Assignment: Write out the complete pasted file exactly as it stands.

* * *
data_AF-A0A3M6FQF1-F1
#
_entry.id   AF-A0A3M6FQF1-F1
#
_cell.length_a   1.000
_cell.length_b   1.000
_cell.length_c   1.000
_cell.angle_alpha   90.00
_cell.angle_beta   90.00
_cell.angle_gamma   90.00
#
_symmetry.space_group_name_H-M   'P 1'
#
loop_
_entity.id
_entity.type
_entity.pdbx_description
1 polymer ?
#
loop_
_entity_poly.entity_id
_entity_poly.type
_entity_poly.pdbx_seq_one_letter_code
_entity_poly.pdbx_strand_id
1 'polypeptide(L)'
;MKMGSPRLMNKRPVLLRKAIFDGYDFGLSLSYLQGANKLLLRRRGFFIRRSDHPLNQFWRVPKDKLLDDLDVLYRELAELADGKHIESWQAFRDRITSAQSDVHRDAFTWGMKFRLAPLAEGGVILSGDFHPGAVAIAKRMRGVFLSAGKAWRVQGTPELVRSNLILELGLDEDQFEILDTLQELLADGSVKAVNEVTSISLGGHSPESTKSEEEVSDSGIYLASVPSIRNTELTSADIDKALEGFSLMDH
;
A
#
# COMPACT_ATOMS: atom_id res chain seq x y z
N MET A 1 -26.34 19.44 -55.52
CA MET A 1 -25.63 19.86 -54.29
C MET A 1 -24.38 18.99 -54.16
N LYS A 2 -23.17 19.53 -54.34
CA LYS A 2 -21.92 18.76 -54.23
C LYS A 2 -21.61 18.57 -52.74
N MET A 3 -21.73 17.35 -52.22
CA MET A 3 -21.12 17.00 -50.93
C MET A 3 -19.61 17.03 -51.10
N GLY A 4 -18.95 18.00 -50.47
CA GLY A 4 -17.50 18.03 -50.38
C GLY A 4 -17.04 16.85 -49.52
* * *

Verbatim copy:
data_AF-A0A3M6FQF1-F1
#
_entry.id   AF-A0A3M6FQF1-F1
#
_cell.length_a   1.000
_cell.length_b   1.000
_cell.length_c   1.000
_cell.angle_alpha   90.00
_cell.angle_beta   90.00
_cell.angle_gamma   90.00
#
_symmetry.space_group_name_H-M   'P 1'
#
loop_
_entity.id
_entity.type
_entity.pdbx_description
1 polymer ?
#
loop_
_entity_poly.entity_id
_entity_poly.type
_entity_poly.pdbx_seq_one_letter_code
_entity_poly.pdbx_strand_id
1 'polypeptide(L)'
;MKMGSPRLMNKRPVLLRKAIFDGYDFGLSLSYLQGANKLLLRRRGFFIRRSDHPLNQFWRVPKDKLLDDLDVLYRELAELADGKHIESWQAFRDRITSAQSDVHRDAFTWGMKFRLAPLAEGGVILSGDFHPGAVAIAKRMRGVFLSAGKAWRVQGTPELVRSNLILELGLDEDQFEILDTLQELLADGSVKAVNEVTSISLGGHSPESTKSEEEVSDSGIYLASVPSIRNTELTSADIDKALEGFSLMDH
;
A
#
# COMPACT_ATOMS: atom_id res chain seq x y z
N MET A 1 -26.34 19.44 -55.52
CA MET A 1 -25.63 19.86 -54.29
C MET A 1 -24.38 18.99 -54.16
N LYS A 2 -23.17 19.53 -54.34
CA LYS A 2 -21.92 18.76 -54.23
C LYS A 2 -21.61 18.57 -52.74
N MET A 3 -21.73 17.35 -52.22
CA MET A 3 -21.12 17.00 -50.93
C MET A 3 -19.61 17.03 -51.10
N GLY A 4 -18.95 18.00 -50.47
CA GLY A 4 -17.50 18.03 -50.38
C GLY A 4 -17.04 16.85 -49.52